By Dickon Hooper
BBC Points West
Giving a voice to Somali women
The Somali community is one of the largest refugee groups in Bristol, but how will its voice be heard in the coming General Election?
Even though refugees can work and are often well integrated in the city with their families, they cannot vote.
Instead, many of the estimated 30,000 Somalis living in the city rely on community media to be heard.
Bristol Community FM, for example, hosts a weekly chat show hosted by Somali Women's Voice.
Muna Muhamud, who co-hosts the show, said there was a "sense of frustration" at the sheer number of Somalis who would not be able to vote on 6 May.
But she was more worked up about British Somalis who can, but will not, vote.
"What is more frustrating is the people who are British and not voting. A Somali British voting will get a voice for Somali refugees or Somali Europeans," she said.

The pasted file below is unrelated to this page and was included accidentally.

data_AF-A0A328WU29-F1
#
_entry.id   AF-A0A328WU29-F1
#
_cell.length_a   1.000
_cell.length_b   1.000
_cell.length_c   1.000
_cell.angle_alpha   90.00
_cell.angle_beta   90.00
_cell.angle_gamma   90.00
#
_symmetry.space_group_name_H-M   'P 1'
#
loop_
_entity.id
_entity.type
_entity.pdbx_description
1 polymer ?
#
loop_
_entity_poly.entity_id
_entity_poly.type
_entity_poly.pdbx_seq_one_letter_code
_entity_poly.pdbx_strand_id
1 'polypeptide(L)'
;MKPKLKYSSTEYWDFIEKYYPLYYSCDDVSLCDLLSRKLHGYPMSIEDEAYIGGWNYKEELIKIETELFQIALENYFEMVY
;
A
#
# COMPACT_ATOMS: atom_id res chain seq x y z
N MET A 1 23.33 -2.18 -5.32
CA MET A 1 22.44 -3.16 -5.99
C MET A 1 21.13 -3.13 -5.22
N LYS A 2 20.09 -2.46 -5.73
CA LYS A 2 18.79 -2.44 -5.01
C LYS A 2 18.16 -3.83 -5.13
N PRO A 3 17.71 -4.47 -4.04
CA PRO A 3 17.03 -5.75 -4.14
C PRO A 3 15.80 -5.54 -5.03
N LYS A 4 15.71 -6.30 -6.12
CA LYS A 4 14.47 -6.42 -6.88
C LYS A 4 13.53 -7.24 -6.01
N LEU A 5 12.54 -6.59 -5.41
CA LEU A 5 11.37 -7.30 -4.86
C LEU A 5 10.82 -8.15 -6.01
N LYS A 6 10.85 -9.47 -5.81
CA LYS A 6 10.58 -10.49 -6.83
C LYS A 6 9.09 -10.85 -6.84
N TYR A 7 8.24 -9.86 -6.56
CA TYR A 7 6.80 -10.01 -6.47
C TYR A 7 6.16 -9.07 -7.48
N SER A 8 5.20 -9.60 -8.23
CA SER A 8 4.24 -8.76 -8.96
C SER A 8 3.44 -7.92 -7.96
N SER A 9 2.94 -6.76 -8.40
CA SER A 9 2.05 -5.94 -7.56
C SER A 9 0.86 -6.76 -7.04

The Editor of the Somali Voice, Kayse Maxamed, said a lot of British Somalis just do not understand the process.
"Many of them don't know how to register. They don't understand if you're not registered, on the list, you cannot vote," he said.
"They think they will wake up on that election day and they will vote. But nevertheless, there are many Somalis who are willing and waiting to vote."
Kayse Maxamed came to Britain in 1997 and will vote in 2010
Mr Maxamed arrived in the UK when Tony Blair's government was first elected in 1997 and is only about to vote in his first General Election.
It has taken this long to get British citizenship - and an official voice in UK elections.
He has joined the 92% of people living in Bristol who are entitled to vote, who are on the electoral register.
It's the highest percentage on the register in years.
Sagal Adan, from the Somali Women's Voice, encouraged people to use the privilege wisely.
"Listeners are telling us it was very important for people to vote and that if they do they can make a difference. They were encouraging people not to be lazy."